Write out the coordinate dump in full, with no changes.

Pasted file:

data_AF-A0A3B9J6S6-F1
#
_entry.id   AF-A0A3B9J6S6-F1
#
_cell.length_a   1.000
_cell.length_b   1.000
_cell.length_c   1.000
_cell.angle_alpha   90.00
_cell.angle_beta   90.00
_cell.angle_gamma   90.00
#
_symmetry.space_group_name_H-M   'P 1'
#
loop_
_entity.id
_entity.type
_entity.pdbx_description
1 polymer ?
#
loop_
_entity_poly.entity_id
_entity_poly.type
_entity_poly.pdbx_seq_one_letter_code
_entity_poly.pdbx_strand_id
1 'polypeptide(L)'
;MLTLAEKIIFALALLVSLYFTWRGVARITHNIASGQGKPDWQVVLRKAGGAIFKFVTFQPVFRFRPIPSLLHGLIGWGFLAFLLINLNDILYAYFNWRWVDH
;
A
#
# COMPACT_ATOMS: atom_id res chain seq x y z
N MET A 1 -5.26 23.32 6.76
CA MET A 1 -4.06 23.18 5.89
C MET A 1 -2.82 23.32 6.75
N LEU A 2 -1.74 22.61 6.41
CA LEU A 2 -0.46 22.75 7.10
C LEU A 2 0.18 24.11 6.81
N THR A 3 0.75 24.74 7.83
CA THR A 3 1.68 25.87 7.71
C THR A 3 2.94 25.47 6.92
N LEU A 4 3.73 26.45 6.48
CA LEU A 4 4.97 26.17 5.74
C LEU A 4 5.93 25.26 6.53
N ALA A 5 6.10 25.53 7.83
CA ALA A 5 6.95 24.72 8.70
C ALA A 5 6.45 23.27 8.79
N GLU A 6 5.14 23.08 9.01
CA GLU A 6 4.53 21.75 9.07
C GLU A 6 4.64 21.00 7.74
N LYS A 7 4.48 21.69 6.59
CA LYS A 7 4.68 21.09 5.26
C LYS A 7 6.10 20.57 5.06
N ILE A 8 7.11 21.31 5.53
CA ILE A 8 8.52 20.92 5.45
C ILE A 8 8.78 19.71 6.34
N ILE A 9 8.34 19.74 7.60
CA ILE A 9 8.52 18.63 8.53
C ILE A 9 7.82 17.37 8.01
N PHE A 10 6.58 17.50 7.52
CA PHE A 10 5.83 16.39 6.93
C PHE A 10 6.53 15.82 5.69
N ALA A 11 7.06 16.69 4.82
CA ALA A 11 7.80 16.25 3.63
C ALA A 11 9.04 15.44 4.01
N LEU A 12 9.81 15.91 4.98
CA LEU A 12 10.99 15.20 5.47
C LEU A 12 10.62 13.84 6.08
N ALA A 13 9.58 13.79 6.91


data_AF-A0A3B9J6S6-F1
#
_entry.id   AF-A0A3B9J6S6-F1
#
_cell.length_a   1.000
_cell.length_b   1.000
_cell.length_c   1.000
_cell.angle_alpha   90.00
_cell.angle_beta   90.00
_cell.angle_gamma   90.00
#
_symmetry.space_group_name_H-M   'P 1'
#
loop_
_entity.id
_entity.type
_entity.pdbx_description
1 polymer ?
#
loop_
_entity_poly.entity_id
_entity_poly.type
_entity_poly.pdbx_seq_one_letter_code
_entity_poly.pdbx_strand_id
1 'polypeptide(L)'
;MLTLAEKIIFALALLVSLYFTWRGVARITHNIASGQGKPDWQVVLRKAGGAIFKFVTFQPVFRFRPIPSLLHGLIGWGFLAFLLINLNDILYAYFNWRWVDH
;
A
#
# COMPACT_ATOMS: atom_id res chain seq x y z
N MET A 1 -5.26 23.32 6.76
CA MET A 1 -4.06 23.18 5.89
C MET A 1 -2.82 23.32 6.75
N LEU A 2 -1.74 22.61 6.41
CA LEU A 2 -0.46 22.75 7.10
C LEU A 2 0.18 24.11 6.81
N THR A 3 0.75 24.74 7.83
CA THR A 3 1.68 25.87 7.71
C THR A 3 2.94 25.47 6.92
N LEU A 4 3.73 26.45 6.48
CA LEU A 4 4.97 26.17 5.74
C LEU A 4 5.93 25.26 6.53
N ALA A 5 6.10 25.53 7.83
CA ALA A 5 6.95 24.72 8.70
C ALA A 5 6.45 23.27 8.79
N GLU A 6 5.14 23.08 9.01
CA GLU A 6 4.53 21.75 9.07
C GLU A 6 4.64 21.00 7.74
N LYS A 7 4.48 21.69 6.59
CA LYS A 7 4.68 21.09 5.26
C LYS A 7 6.10 20.57 5.06
N ILE A 8 7.11 21.31 5.53
CA ILE A 8 8.52 20.92 5.45
C ILE A 8 8.78 19.71 6.34
N ILE A 9 8.34 19.74 7.60
CA ILE A 9 8.52 18.63 8.53
C ILE A 9 7.82 17.37 8.01
N PHE A 10 6.58 17.50 7.52
CA PHE A 10 5.83 16.39 6.93
C PHE A 10 6.53 15.82 5.69
N ALA A 11 7.06 16.69 4.82
CA ALA A 11 7.80 16.25 3.63
C ALA A 11 9.04 15.44 4.01
N LEU A 12 9.81 15.91 4.98
CA LEU A 12 10.99 15.20 5.47
C LEU A 12 10.62 13.84 6.08
N ALA A 13 9.58 13.79 6.91